Funds to fight a legal challenge over plans for a new Marks & Spencer foodhall off the A259 have been set aside by council leaders.
The new store and a Toby Carvery pub was granted planning permission for the site in Angmering by Arun District Council’s development control committee in October.
But approval was only given on the chairman’s casting vote and the decision went against the advice of council officers.
The officers had argued the plans failed to meet the sequential test for convenience retail proposals in out-of-centre locations.
Store Property Investments Limited is challenging the council’s decision and has submitted an application for a judicial review, something the council is contesting.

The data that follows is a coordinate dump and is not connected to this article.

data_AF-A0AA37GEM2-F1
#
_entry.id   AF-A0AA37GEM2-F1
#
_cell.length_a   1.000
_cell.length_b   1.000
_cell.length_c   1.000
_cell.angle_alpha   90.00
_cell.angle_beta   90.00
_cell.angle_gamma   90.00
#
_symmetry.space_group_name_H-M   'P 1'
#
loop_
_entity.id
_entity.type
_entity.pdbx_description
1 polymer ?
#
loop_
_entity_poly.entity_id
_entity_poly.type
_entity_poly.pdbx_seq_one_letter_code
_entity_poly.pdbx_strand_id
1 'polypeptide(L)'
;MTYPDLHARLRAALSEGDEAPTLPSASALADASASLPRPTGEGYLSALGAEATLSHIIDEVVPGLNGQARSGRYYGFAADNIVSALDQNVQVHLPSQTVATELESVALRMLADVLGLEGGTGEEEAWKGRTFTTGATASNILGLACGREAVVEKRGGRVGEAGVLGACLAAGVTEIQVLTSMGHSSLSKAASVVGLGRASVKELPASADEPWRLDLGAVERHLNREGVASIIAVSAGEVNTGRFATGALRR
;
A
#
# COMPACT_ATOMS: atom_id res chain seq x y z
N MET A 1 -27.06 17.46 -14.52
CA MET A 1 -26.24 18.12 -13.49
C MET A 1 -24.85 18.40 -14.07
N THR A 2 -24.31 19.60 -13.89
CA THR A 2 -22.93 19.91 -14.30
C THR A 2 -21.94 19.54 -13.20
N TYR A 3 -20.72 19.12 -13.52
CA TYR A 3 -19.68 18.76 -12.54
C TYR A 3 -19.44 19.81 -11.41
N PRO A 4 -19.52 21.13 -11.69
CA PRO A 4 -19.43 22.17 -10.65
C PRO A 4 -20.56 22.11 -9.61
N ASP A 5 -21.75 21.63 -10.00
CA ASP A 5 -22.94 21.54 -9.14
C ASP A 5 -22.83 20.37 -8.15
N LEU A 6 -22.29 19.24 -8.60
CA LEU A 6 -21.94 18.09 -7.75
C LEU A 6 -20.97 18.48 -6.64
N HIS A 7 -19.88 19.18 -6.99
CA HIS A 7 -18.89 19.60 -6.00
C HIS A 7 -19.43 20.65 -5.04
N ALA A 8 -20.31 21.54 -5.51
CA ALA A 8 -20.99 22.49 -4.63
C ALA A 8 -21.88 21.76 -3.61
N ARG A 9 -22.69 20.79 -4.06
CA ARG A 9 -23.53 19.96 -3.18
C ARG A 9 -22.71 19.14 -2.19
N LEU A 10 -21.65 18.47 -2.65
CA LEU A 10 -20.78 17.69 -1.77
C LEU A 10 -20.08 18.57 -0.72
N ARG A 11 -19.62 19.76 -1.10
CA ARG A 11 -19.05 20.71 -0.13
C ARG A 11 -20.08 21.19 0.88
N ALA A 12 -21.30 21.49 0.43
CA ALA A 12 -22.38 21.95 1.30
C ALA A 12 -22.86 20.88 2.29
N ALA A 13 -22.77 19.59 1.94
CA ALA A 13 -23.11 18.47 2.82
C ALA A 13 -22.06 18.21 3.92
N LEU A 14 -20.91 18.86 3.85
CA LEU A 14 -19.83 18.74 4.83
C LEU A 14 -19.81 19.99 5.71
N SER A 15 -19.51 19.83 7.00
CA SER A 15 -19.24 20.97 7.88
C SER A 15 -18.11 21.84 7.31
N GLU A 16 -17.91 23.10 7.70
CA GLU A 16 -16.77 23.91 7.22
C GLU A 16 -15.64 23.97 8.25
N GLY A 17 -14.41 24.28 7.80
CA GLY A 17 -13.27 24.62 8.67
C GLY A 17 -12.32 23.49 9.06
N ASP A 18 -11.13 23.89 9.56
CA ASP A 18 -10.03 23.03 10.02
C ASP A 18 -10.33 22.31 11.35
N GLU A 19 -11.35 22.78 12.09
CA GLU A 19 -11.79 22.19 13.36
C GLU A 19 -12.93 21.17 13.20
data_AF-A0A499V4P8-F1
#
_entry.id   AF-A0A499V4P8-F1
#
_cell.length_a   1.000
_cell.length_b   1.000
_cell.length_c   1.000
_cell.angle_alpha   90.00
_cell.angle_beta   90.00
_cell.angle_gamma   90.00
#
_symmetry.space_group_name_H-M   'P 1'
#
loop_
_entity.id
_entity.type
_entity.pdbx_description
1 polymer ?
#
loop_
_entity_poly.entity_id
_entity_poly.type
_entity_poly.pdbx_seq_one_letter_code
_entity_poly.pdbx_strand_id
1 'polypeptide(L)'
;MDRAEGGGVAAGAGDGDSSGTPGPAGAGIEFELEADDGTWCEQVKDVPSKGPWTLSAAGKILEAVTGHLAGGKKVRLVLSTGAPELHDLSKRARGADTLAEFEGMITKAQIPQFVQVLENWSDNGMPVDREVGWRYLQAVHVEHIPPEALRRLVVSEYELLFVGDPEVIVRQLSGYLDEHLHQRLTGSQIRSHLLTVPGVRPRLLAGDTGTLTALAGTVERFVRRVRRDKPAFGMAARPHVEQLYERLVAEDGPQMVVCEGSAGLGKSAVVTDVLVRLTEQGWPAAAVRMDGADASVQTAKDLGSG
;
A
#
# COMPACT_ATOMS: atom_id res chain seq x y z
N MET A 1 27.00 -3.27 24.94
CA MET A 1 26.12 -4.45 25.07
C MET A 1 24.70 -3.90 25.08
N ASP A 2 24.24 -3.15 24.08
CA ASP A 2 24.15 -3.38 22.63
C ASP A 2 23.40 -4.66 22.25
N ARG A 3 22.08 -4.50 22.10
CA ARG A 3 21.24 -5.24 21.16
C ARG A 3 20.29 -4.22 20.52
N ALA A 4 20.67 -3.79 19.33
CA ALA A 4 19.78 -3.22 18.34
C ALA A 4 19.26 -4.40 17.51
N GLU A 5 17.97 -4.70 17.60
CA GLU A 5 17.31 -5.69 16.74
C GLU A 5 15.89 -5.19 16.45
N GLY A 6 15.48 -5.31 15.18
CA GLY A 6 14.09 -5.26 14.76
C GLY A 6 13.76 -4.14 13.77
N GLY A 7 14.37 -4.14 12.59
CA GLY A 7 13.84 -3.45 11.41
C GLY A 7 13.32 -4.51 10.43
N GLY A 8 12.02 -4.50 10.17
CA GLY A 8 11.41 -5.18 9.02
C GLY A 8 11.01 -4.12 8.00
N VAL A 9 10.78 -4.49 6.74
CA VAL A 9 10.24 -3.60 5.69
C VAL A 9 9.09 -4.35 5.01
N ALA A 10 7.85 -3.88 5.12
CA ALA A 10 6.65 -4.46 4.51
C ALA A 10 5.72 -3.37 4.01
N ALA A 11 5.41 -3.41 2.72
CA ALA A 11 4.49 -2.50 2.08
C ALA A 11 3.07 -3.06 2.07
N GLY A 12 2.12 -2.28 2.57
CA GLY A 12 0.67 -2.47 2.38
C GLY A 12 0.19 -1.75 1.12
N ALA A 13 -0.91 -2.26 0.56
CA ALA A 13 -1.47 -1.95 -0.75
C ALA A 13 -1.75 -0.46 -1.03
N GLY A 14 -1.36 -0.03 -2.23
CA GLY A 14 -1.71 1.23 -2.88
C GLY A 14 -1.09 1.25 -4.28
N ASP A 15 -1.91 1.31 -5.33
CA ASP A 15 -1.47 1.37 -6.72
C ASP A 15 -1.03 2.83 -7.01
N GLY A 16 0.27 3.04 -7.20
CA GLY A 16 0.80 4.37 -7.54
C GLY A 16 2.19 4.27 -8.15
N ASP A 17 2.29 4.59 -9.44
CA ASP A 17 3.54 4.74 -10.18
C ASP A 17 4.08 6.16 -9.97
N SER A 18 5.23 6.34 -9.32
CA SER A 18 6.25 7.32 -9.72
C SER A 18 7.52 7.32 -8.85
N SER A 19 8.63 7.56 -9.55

The council’s cabinet agreed to an estimate of up to £150,000 to cover costs of defending the judicial review on Monday (February 11).
John Charles, cabinet member for planning, said costs incurred could vary, as the amount could be used to cover not only the council’s costs but any other costs it might be liable to pay.
Officers said there was ‘positive news’ as a judge had considered the papers of the case and supported the council’s position.
But Store Property is set to have an oral hearing and a decision on whether to allow the judicial review has not been made.
Trevor Bence, cabinet member for residential services, said the socio-economic benefits of a new M&S store was far more important than the sequential test.
M&S secured approval from councillors to build a Simply Food store off the A259 in 2015, but permission was quashed following a judicial review by Store Property, who are landlords of Waitrose in Rustington.
Waitrose left Littlehampton town centre in 2015 – a vacant site also leased by Store Property – which the landlord argues is suitable for M&S.
But M&S has continually dismissed the site, claiming it has ‘significant’ viability issues.